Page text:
This is why the followers of the arohanui god believe that loving is more important than winning (which is nonsense in Caesar’s world); believe that setting people free is more important than trying to control their lives (which is seditious in Caesar’s world); and believe doing what is right is more important than doing what is safe (which was likely to get you killed in Caesar’s world).  The values, beliefs, and actions involved in following this arohanui god are at odds, a reversal even, of what the caesars and their followers of every age have and do value, believe, and act upon.

So, following Jesus, following the real star of Bethlehem, each of us being Christmas, has always been counter-cultural, hard to believe, terribly political, and terribly simple.  It’s about sharing – so every baby, in every barn, in every backwater, has enough – and no would-be caesar has too much.  It’s about sharing the resources of the earth in such a way as to tend and care for all life.  It’s about sharing the love, joining the flow of love, to give hope to every place and person feeling hopeless.  It’s about letting go of the grasp in order to give.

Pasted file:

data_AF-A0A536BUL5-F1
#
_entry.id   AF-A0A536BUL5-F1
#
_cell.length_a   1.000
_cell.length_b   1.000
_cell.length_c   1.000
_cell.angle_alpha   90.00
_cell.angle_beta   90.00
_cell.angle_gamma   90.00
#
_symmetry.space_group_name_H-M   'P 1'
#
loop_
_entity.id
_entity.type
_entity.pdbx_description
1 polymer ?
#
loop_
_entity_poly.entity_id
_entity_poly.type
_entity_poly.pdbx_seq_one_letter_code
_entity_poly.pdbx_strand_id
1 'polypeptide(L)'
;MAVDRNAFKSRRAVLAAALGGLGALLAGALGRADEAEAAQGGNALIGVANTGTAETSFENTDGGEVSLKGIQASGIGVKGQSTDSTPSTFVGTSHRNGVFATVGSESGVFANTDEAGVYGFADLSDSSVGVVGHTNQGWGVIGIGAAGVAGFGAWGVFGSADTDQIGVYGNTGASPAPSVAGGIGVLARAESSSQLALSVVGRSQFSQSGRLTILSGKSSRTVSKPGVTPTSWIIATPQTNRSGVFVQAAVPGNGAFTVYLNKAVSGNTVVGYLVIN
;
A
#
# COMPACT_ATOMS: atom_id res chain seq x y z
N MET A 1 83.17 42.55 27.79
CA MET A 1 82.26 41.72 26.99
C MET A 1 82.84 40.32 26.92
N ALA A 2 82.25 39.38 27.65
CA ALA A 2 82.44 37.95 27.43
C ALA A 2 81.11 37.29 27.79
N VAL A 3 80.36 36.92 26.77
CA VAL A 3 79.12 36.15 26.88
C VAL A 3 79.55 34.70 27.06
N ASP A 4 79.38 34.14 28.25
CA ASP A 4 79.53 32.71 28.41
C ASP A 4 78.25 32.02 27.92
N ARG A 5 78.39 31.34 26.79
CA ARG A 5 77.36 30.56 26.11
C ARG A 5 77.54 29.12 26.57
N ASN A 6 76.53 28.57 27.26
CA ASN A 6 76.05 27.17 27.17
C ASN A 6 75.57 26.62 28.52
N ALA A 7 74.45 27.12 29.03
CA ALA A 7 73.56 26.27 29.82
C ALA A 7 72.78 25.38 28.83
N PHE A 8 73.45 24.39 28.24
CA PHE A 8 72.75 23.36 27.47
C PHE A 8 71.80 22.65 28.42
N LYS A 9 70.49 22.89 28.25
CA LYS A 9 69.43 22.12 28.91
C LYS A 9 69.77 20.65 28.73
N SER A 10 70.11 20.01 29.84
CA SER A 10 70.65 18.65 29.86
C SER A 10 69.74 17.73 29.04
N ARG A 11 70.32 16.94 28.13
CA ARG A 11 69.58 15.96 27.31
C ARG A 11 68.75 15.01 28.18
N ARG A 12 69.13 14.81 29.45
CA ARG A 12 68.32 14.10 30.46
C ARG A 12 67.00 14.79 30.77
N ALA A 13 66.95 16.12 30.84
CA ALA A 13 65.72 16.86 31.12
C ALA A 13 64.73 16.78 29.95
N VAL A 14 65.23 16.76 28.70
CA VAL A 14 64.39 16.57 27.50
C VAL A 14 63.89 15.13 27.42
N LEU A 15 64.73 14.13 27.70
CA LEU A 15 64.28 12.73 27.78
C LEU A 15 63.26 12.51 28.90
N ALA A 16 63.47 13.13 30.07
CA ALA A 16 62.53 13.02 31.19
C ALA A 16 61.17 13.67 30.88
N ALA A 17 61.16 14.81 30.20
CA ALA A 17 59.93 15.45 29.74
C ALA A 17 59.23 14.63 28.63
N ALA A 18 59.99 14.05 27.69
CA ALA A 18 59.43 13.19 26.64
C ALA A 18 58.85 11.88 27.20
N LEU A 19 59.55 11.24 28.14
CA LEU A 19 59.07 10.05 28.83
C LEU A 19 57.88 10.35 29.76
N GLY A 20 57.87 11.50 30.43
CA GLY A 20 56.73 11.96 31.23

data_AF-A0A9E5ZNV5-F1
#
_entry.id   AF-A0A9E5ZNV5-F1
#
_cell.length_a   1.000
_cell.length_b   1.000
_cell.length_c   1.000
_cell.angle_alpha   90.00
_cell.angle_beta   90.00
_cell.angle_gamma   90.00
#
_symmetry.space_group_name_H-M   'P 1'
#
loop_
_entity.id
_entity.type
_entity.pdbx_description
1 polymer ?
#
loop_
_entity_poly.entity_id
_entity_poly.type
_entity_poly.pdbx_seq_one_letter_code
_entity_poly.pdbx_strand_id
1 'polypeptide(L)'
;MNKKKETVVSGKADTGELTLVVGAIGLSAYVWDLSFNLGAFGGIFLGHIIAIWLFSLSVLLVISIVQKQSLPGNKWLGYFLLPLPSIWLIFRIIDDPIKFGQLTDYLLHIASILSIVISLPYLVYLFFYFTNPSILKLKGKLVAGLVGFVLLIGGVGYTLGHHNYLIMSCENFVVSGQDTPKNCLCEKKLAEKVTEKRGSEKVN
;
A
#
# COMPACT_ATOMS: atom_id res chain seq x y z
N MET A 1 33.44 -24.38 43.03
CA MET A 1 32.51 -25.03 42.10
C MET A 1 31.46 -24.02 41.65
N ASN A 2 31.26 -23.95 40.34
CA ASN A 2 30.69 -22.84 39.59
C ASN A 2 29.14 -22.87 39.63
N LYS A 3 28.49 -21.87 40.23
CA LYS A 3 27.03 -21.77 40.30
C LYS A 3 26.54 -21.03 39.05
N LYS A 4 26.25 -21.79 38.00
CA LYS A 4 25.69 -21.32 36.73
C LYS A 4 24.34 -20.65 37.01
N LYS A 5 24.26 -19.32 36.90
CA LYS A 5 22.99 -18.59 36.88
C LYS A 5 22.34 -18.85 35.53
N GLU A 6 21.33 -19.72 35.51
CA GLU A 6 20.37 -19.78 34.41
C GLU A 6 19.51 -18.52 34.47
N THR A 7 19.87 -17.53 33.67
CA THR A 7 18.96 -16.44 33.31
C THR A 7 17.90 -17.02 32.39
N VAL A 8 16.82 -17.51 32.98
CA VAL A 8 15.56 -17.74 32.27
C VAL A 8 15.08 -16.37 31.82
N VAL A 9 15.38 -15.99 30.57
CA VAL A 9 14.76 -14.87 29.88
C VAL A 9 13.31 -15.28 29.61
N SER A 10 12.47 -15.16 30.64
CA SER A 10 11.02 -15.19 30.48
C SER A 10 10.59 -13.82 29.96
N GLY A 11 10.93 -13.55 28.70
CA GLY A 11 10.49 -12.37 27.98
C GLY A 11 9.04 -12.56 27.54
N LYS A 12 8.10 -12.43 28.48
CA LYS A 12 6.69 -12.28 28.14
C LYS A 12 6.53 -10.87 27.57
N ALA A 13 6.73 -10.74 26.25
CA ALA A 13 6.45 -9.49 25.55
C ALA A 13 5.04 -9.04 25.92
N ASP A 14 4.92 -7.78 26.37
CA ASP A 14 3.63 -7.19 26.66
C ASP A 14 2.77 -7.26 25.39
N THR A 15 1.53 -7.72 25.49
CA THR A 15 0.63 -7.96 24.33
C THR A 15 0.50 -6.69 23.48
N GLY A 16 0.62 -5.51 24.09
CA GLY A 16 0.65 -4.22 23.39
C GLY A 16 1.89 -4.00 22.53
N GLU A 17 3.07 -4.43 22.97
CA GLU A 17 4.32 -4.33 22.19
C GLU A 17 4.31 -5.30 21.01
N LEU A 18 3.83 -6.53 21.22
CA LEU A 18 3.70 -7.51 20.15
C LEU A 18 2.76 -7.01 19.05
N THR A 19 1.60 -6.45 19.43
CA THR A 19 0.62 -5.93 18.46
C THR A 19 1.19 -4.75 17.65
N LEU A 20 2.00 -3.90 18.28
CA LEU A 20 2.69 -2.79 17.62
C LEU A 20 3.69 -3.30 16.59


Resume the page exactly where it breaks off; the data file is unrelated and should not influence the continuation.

A Tale of Two Empires: What Christmas is about

Glynn Cardy 25th December 2021

The story of the birth of Jesus is deeply embedded in western culture.  The story takes images from the gospels of Luke and Matthew and compiles a narrative of God coming to humankind to create peace and justice.  

There are some details about Jesus’ early life about which we can be reasonably certain: he came from a small village called Nazareth, worked as a day labourer, and initially was a disciple of John the Baptist.  But of his birth, we know nothing.

So where, we may ask, did the stories come from?  The answer is that they came from communities of Jesus followers who were so caught up in what he had said and done, that they exalted his birth and created narratives of cosmic origin and intervention.